Jersey number 44 retired by the Yankees.
8th All Time on MLB Home Run List.
Was the American League MVP in 1973. Finished in top 10 in voting for same award in 1969, 1974-1975, 1977, 1980 and 1982.
Nearly came to blows with Yankee manager Billy Martin in the dugout during a nationally televised game against the Boston Red Sox in 1977. Martin removed Jackson from the game for not hustling after a fly ball.
Tore a hamstring in his leg scoring the winning run in the 1972 American League playoffs, causing him to miss his first career World Series.
Favorite movie is Tombstone (1993).
Made major league debut on 9 June 1967.
Son of a Puerto Rican father and African-American mother.
Was the last active Major Leaguer to have played for the Kansas City Athletics.

Personal Quotes (18)

I'm the straw that stirs the drink.
I represent both the underdog and the overdog in our society.
"You can play football and be the next Jim Brown or play baseball and be the next Reggie Jackson." -- To a young Bo Jackson, who was deciding whether to play pro football or baseball.
"All the fans in those sections are black, under 10 and don't read the papers." -- After being asked why one section of Yankee Stadium didn't boo him.
Lee May's about the same age as me, he's got about the same stats. So how come he's making about one-eighty, two hundred thousand, and I'm the best damn paid player in the game? I'll tell you why: Because I put the meat in the seats!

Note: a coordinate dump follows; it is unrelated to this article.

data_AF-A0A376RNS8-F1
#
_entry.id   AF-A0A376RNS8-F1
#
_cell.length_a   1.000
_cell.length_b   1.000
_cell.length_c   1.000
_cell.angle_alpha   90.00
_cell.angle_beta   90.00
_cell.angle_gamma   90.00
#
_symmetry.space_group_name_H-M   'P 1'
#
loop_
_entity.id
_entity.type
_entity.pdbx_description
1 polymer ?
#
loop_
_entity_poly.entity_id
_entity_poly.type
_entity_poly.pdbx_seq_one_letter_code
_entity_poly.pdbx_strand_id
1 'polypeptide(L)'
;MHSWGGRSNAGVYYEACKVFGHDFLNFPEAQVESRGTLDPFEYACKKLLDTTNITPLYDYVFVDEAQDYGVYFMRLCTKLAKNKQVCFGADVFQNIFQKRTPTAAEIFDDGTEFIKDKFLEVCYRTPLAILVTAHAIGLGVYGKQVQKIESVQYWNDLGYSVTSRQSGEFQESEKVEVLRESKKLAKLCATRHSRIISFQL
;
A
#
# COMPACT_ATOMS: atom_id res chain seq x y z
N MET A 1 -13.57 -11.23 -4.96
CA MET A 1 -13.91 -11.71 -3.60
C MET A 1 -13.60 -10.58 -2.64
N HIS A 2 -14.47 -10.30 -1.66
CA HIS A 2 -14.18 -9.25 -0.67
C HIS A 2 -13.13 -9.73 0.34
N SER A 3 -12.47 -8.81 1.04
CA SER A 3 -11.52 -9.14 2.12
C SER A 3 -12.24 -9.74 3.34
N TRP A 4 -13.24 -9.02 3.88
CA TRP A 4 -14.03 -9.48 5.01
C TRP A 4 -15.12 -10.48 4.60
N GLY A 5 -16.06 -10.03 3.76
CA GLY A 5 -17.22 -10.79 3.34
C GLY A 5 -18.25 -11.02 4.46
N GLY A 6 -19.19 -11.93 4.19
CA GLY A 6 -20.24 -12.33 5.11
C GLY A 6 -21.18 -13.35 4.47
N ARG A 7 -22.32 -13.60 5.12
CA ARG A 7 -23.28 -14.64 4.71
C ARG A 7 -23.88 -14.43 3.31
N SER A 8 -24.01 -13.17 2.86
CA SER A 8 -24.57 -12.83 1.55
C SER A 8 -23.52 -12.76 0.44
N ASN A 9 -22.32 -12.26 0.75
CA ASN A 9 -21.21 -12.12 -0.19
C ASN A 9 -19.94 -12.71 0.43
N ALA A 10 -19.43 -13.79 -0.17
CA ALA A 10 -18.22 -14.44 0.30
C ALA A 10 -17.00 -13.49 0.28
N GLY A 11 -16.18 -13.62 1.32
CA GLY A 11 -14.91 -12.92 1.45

If I were to play in New York, they'd name a candy bar after me.
Sometimes I underestimate the magnitude of me.
Fans don't boo nobodies.
Every hitter likes fastballs just like everybody likes ice cream. But you don't like it when someone's stuffing it into you by the gallon. That's how you feel when [Nolan] Ryan's throwing balls by you.
For a certain amount of money, you'll eat Alpo.
On playing in Japan: "Guys who play there say it gets awfully lonely - hell, for the money they're talking, I can buy some friends and take them with me."
On New York City: "It's a fickle town, a tough town. They getcha, boy. They don't let you escape with minor scratches and bruises. They put scars on you here."
On hitting slumps: "So many ideas come to you and you want to try them all but you can't. You're like a mosquito in a nudist camp. You don't know where to start."
I didn't come to New York to be a star. I brought my star with me.
The will to win is worthless if you don't get paid for it.
The only reason I don't like playing in the World Series is I can't watch myself play.
After Jackie Robinson the most important black in baseball history is Reggie Jackson, I really mean that.
On former Baltimore Orioles' manager Earl Weaver, who he played for in 1976 - "Earl Weaver smokes too much and drinks too much. He has a voice that sounds like broken glass. He has a ferocious temper, especially with umpires, and doesn't know when to keep his mouth shut. He has never been accused of being a diplomat and has never set out to win any popularity contests with his players. He is also one of the few baseball geniuses I have ever met."